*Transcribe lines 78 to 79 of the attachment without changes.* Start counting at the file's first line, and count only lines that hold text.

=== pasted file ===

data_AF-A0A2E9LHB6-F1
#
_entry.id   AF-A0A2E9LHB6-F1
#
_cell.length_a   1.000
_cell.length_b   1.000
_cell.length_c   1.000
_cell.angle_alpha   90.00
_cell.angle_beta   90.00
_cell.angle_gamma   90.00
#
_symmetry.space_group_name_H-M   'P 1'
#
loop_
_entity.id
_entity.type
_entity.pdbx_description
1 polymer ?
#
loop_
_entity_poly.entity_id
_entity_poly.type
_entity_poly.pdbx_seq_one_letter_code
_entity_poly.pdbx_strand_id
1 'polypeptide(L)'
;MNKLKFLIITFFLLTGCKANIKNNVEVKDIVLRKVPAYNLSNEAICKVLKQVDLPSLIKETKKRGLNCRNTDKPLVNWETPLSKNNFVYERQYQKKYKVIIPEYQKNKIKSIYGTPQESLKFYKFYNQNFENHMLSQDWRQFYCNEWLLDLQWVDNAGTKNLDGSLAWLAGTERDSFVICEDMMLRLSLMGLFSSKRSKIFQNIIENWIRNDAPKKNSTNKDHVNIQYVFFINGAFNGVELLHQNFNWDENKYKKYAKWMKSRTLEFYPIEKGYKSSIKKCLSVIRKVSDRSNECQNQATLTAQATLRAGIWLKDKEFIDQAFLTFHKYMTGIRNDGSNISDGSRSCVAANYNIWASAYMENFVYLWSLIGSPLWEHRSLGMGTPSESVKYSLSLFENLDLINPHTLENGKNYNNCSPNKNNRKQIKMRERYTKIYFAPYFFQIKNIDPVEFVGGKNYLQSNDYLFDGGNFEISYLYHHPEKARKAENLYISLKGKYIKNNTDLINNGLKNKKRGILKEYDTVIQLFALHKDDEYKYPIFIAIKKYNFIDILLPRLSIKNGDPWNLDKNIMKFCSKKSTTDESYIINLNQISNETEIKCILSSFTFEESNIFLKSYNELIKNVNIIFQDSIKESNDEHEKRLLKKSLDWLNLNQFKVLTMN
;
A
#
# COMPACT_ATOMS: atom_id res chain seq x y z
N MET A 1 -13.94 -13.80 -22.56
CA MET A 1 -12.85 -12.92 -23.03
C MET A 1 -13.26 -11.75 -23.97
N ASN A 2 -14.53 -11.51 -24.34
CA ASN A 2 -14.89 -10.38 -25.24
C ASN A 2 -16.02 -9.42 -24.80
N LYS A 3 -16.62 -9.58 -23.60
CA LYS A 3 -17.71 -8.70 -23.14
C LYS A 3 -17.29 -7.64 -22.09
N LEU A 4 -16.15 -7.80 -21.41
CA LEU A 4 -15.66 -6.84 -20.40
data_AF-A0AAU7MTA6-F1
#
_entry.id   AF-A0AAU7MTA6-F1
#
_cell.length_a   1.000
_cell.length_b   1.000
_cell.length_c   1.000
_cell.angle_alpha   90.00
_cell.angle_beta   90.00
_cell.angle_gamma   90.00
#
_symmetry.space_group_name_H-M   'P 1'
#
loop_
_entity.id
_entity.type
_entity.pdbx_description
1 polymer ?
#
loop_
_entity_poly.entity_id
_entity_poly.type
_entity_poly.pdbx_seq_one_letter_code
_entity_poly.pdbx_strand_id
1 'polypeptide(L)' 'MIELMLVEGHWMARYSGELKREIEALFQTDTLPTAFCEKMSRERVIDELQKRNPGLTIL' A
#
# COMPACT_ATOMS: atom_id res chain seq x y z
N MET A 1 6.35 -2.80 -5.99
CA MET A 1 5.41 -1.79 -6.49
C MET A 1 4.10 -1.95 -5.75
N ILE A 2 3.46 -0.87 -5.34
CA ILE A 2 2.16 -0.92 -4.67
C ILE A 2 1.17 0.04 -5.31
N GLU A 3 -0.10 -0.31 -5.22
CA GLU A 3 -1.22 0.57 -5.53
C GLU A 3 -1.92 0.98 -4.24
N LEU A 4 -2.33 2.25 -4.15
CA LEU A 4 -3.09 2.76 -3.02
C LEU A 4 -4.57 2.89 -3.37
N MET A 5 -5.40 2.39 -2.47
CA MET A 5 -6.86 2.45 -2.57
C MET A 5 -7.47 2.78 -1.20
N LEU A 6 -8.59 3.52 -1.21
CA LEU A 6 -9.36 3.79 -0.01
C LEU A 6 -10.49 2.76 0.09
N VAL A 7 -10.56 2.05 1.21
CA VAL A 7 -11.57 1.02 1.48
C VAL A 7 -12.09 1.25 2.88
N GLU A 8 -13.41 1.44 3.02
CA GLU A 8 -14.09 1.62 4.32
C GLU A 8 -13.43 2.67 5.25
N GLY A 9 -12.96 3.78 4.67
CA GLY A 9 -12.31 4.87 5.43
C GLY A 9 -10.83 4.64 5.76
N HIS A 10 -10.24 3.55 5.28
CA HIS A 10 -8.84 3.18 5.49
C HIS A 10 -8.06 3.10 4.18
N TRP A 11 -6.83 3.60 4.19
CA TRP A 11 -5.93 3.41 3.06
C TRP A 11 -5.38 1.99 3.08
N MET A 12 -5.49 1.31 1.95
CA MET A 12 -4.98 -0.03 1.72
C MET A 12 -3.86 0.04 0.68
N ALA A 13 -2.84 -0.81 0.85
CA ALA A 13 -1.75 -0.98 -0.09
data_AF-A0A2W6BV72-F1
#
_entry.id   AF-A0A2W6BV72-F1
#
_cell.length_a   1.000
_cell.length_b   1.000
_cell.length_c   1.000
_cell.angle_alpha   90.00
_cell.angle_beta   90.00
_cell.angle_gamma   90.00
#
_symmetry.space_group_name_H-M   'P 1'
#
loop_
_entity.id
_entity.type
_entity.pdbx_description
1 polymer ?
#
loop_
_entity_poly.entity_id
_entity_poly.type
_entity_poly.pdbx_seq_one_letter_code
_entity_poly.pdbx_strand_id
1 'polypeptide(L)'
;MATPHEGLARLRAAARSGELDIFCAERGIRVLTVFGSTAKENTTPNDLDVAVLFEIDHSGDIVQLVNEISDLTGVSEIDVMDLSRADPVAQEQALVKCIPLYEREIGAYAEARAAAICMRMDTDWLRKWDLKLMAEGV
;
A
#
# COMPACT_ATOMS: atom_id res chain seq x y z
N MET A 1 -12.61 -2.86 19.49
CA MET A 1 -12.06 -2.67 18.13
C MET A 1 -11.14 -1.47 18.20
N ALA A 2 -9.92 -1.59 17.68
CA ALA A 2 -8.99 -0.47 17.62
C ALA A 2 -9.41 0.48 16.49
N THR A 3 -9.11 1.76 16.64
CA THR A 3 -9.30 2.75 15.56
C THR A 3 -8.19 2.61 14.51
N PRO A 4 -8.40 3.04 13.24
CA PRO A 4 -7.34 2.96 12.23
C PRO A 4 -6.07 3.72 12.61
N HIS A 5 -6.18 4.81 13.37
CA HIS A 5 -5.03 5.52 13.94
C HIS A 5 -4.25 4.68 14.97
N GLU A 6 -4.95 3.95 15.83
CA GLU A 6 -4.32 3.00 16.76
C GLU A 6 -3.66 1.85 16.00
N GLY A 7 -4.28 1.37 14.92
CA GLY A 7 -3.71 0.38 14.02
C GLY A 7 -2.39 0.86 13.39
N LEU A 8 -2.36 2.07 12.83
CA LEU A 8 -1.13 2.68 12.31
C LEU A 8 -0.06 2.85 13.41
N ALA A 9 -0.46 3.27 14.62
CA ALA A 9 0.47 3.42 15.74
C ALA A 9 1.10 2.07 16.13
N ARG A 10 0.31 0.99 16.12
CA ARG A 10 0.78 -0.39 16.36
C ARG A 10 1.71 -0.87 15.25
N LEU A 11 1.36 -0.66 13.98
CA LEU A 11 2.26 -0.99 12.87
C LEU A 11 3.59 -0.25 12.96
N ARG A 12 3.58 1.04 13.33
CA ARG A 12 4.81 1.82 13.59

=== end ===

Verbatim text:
N LEU A 4 -2.33 2.25 -4.15
CA LEU A 4 -3.09 2.76 -3.02